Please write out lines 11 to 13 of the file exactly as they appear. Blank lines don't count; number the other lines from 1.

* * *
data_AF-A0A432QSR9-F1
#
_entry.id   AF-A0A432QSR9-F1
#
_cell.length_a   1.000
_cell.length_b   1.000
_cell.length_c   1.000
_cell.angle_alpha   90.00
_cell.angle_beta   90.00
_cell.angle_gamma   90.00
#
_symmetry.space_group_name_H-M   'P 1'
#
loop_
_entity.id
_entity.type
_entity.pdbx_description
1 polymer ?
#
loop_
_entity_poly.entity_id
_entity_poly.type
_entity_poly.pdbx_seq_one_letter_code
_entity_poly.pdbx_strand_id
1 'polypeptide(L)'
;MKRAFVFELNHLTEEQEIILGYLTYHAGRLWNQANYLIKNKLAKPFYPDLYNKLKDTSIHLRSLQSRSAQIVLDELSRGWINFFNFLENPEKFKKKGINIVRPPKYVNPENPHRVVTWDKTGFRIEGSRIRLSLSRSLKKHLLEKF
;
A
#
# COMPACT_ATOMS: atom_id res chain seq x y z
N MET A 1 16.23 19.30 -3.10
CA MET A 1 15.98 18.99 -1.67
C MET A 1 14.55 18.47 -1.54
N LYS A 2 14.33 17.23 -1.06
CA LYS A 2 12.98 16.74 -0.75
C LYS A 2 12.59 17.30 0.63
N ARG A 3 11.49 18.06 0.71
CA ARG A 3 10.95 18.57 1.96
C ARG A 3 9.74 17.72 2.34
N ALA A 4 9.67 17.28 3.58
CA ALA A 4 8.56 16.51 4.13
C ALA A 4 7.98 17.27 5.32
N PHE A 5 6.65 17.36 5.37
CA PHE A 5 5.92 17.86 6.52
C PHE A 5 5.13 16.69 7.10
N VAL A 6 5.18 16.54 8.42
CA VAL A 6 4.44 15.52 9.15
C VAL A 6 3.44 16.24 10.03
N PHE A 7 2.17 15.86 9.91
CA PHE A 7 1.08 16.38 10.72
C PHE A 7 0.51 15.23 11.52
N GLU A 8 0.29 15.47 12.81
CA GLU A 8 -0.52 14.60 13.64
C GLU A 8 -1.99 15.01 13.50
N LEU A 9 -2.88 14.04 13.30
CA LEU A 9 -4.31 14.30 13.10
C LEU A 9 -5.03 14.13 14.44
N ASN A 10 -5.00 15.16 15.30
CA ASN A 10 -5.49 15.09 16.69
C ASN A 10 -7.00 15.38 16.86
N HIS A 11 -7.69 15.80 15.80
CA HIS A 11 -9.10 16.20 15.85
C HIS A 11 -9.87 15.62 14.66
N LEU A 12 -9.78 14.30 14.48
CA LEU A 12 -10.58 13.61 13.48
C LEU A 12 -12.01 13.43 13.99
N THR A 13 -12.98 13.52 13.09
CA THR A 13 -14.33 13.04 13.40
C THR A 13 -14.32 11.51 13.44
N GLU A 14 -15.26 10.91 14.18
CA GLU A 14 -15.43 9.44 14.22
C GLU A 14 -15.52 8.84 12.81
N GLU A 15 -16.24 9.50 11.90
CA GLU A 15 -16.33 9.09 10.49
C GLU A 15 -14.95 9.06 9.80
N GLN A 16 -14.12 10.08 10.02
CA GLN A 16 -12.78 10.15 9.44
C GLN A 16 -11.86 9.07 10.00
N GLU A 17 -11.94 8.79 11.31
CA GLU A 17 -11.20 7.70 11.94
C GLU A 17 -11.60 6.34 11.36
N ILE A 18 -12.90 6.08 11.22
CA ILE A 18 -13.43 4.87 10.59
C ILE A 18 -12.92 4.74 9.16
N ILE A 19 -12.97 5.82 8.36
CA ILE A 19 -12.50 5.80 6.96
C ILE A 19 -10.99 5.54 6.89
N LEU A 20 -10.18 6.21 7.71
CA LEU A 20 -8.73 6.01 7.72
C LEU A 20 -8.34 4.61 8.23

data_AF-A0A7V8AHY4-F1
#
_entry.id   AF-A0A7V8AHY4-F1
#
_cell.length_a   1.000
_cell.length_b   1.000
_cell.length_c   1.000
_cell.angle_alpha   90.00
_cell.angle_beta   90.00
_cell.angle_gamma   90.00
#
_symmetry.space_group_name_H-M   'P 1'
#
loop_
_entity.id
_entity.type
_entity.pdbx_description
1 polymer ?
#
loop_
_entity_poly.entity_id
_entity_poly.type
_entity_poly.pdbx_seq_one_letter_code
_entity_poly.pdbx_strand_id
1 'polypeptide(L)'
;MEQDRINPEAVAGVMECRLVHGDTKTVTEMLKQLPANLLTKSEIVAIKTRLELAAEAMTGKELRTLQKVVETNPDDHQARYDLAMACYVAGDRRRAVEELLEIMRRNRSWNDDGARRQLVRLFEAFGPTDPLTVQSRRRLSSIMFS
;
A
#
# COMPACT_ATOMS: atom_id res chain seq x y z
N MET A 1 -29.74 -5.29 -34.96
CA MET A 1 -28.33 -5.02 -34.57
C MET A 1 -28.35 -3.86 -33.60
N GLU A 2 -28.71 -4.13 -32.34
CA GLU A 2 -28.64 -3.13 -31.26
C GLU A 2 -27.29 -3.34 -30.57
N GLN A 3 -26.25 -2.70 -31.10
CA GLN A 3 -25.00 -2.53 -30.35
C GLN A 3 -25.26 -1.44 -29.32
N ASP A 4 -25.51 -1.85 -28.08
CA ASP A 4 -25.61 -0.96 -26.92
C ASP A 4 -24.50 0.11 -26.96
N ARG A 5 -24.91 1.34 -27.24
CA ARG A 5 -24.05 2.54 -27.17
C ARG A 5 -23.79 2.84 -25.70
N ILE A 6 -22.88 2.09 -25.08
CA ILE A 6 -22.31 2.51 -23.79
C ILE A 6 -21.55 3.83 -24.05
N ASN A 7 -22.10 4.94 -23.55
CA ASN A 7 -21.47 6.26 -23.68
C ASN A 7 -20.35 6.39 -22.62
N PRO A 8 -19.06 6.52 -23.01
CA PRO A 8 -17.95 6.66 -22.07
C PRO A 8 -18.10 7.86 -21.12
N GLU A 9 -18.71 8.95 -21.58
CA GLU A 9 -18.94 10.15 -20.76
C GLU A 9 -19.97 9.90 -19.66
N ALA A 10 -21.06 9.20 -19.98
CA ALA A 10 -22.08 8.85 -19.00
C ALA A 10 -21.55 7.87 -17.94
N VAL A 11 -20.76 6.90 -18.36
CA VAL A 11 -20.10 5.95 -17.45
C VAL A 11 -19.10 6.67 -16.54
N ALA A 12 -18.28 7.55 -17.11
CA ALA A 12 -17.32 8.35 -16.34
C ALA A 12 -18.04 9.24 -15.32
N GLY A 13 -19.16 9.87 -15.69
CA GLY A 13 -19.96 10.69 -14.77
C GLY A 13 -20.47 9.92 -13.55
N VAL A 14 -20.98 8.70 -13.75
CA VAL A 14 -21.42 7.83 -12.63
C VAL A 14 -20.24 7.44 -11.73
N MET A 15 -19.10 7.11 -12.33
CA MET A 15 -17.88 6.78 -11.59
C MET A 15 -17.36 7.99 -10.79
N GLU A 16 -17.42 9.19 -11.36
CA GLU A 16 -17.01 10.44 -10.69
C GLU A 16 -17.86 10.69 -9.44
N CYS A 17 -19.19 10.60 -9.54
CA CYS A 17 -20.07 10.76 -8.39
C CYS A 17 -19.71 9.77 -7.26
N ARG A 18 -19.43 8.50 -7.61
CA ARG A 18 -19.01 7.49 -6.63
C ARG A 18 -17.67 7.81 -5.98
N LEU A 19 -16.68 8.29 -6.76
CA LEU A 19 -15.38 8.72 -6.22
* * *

#
_symmetry.space_group_name_H-M   'P 1'
#